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COVID-19 survivor Pink shares ‘scary’ experience of deadly disease

By: - Reporter
/ 12:30 AM April 09, 2020

Pink with son Jameson

While Pink and her 3-year-old son Jameson have successfully recovered from COVID-19, the experience, the pop star said, still has her feeling shaken. “It got really, really scary. I’m not gonna lie,” she said in a recent Instagram Live chat. “There were many nights when I cried and never prayed more in my life.”

She and her son had been showing COVID-19 symptoms and self-isolating for two weeks, Pink recalled, before seeking help from her primary care physician, who fortunately has access to coronavirus tests. The results came out positive, prompting the singer-songwriter to continue “sheltering at home” together with her family.

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“Jameson had been really, really sick. I kept a journal of all his symptoms for the past three weeks and mine as well. But still, three weeks later, his temperature was 100 degrees (Fahrenheit),” said Pink, who’s both thankful and relieved that her husband, Carey Hart, and their 8-year-old daughter, Willow, didn’t get sick.

“I was on nebulizers. I have asthma really bad … had it for my whole life,” she added.

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One of the realizations Pink had while she and her son dealt with the illness was that virus spares no one. “It’s funny, at one point, I heard myself saying, ‘I thought they promised us our kids would be OK.’ But it’s not guaranteed. There’s no one who’s safe from this,” she stressed.

Pink likened coping with COVID-19 to a “roller-coaster ride.” “Just when you think you’re better, something else happens,” she cautioned her followers.

Fortunately, she and child are now “out of the woods.” “We were retested and are now thankfully negative,” Pink said.

In an Instagram post, the 40-year-old music artist slammed the US government for not being able to conduct mass testing. “It’s an absolute travesty and failure of our government to not make testing more widely accessible,” she wrote, adding that “this illness is serious and real…”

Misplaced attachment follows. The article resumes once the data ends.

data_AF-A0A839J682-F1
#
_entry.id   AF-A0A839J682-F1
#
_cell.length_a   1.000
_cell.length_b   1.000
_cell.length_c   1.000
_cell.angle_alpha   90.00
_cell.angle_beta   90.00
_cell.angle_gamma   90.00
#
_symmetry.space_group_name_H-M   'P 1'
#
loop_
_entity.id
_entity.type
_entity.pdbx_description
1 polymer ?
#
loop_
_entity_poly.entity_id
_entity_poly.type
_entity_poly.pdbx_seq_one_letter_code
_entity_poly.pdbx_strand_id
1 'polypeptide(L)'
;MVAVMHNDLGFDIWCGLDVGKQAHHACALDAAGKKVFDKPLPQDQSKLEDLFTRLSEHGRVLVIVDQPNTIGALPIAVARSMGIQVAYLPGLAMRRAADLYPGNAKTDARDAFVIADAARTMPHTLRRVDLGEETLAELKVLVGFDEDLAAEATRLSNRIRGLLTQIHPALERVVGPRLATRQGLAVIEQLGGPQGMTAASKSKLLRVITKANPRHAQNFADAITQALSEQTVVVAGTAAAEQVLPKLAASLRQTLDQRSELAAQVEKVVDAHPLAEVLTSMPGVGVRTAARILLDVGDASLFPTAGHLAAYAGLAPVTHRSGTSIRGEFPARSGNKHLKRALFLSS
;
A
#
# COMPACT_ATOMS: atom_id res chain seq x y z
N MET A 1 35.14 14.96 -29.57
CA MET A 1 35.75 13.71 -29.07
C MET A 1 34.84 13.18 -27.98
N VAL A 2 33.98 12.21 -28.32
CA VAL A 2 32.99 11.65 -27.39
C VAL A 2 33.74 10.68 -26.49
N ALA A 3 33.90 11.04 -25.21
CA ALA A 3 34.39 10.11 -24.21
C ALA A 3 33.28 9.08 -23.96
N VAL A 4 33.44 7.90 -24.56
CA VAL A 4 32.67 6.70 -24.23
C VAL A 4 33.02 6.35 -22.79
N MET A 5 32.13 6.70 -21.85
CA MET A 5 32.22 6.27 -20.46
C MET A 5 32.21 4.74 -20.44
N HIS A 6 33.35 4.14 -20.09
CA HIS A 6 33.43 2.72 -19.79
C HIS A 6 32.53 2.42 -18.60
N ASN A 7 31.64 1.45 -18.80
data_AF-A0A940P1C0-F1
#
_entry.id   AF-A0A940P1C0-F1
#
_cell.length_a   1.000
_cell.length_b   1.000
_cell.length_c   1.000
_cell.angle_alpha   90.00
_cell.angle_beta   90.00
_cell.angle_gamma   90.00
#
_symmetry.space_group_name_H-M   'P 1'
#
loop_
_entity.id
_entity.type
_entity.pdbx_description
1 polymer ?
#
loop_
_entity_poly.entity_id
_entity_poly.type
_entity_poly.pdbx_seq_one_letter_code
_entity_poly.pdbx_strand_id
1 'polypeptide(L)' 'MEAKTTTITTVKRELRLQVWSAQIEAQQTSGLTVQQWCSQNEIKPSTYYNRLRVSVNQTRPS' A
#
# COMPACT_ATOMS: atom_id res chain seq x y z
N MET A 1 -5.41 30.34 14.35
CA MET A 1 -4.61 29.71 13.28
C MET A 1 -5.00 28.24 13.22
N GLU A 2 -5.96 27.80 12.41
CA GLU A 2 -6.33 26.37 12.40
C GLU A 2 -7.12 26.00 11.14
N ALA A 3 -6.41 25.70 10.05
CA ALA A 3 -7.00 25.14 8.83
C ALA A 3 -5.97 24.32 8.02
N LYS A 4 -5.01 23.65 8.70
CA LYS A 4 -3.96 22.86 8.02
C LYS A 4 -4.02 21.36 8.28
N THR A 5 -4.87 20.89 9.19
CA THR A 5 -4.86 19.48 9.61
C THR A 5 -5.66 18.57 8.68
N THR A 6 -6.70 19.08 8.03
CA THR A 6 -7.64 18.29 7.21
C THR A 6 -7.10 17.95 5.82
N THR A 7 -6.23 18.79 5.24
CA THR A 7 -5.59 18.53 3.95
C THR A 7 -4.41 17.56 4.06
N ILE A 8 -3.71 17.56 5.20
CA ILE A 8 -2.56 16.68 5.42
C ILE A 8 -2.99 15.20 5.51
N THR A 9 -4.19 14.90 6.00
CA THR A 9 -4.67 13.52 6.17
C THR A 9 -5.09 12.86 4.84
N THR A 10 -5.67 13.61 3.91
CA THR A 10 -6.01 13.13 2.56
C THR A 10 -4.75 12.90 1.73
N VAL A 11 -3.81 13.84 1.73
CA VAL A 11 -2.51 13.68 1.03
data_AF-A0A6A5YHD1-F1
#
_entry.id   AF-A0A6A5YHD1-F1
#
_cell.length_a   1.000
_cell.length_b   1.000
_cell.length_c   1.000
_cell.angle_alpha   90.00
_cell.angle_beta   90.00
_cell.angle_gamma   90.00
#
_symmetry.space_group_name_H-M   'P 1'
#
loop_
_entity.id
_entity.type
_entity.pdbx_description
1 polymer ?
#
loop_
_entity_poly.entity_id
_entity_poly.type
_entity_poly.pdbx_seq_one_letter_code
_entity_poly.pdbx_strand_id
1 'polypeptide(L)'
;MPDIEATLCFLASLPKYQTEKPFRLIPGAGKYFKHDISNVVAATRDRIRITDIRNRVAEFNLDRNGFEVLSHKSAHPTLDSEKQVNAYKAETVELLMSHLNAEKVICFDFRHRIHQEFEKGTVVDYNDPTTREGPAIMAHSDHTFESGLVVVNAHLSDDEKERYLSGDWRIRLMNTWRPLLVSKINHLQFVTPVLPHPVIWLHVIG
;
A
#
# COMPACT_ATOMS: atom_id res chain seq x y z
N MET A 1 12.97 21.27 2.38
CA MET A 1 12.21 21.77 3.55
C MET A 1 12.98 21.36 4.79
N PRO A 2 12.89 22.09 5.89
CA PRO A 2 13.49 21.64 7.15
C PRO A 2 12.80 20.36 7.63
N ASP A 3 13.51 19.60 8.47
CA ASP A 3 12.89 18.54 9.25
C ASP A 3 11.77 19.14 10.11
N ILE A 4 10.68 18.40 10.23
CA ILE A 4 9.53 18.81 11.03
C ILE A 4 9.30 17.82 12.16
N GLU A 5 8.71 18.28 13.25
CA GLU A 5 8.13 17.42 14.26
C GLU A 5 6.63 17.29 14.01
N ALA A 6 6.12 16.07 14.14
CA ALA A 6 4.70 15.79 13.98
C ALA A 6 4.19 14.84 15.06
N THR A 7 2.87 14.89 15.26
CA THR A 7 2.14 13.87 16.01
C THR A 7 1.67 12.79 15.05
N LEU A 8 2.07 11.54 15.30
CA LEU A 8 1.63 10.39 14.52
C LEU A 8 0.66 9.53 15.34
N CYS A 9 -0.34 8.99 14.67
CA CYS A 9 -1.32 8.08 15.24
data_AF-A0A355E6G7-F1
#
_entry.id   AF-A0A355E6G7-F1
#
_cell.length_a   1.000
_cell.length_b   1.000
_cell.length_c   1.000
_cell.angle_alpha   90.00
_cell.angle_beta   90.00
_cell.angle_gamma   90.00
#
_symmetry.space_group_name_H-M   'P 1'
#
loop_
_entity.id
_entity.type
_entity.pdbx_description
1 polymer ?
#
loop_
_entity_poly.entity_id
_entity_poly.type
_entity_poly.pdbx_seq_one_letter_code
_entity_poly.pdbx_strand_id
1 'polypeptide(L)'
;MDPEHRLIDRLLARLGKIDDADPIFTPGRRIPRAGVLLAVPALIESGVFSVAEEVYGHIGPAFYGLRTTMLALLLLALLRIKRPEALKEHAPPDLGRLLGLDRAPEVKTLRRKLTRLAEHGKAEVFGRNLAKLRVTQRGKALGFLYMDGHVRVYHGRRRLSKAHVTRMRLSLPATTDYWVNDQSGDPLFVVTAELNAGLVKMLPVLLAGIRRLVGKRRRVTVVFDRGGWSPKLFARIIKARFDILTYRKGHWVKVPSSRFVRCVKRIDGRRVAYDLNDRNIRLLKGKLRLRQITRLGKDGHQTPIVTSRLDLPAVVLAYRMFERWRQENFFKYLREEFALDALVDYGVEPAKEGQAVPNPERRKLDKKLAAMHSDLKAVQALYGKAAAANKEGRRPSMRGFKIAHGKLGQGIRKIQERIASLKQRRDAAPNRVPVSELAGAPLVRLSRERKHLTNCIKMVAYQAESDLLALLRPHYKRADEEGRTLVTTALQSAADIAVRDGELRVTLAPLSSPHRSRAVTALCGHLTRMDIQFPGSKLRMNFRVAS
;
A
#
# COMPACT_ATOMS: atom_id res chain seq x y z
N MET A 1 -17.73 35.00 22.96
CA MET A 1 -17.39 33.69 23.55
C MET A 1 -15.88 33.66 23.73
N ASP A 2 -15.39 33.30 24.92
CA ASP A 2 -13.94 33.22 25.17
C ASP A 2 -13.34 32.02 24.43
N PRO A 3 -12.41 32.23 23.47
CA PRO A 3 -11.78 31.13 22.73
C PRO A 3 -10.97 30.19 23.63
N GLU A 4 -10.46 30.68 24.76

“We must make testing free and more widely accessible to protect our children, our families, our friends and our communities,” she pointed out.

As her way of saying thank you to the health-care professionals battling the pandemic in the front lines, Pink donated $1 million to a hospital and an organization of her choice.

She pledged $500,000 to Temple University Hospital Emergency Fund in Philadelphia “in honor of my mother, Judy Moore, who worked there for 18 years in the Cardiomyopathy and Heart Transplant Center.” She gave another $500,000 to the City of Los Angeles Mayor’s Emergency COVID-19 Crisis Fund.

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“Thank you to all of our health-care professionals and everyone in the world working so hard to protect our loved ones. You are our heroes! These next two weeks are crucial: Please stay home,” Pink said.

For more news about the novel coronavirus click here.
What you need to know about Coronavirus.
For more information on COVID-19, call the DOH Hotline: (02) 86517800 local 1149/1150.

The Inquirer Foundation supports our healthcare frontliners and is still accepting cash donations to be deposited at Banco de Oro (BDO) current account #007960018860 or donate through PayMaya using this link .

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